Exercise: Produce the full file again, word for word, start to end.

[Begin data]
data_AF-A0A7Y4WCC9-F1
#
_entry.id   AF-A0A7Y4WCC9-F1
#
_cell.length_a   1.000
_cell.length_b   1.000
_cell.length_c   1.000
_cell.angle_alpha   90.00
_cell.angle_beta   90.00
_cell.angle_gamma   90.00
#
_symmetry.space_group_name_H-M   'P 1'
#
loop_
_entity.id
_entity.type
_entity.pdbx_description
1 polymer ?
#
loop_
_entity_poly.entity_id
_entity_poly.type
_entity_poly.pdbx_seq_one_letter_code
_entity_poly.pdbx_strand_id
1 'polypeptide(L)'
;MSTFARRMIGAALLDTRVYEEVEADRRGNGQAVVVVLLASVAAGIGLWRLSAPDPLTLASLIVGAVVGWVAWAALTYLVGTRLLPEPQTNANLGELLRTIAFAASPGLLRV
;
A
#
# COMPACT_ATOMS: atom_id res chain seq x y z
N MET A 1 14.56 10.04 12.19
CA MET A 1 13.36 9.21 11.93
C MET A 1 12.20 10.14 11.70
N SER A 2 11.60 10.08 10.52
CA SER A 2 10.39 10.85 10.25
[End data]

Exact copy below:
data_AF-A0A7Y4WCC9-F1
#
_entry.id   AF-A0A7Y4WCC9-F1
#
_cell.length_a   1.000
_cell.length_b   1.000
_cell.length_c   1.000
_cell.angle_alpha   90.00
_cell.angle_beta   90.00
_cell.angle_gamma   90.00
#
_symmetry.space_group_name_H-M   'P 1'
#
loop_
_entity.id
_entity.type
_entity.pdbx_description
1 polymer ?
#
loop_
_entity_poly.entity_id
_entity_poly.type
_entity_poly.pdbx_seq_one_letter_code
_entity_poly.pdbx_strand_id
1 'polypeptide(L)'
;MSTFARRMIGAALLDTRVYEEVEADRRGNGQAVVVVLLASVAAGIGLWRLSAPDPLTLASLIVGAVVGWVAWAALTYLVGTRLLPEPQTNANLGELLRTIAFAASPGLLRV
;
A
#
# COMPACT_ATOMS: atom_id res chain seq x y z
N MET A 1 14.56 10.04 12.19
CA MET A 1 13.36 9.21 11.93
C MET A 1 12.20 10.14 11.70
N SER A 2 11.60 10.08 10.52
CA SER A 2 10.39 10.85 10.25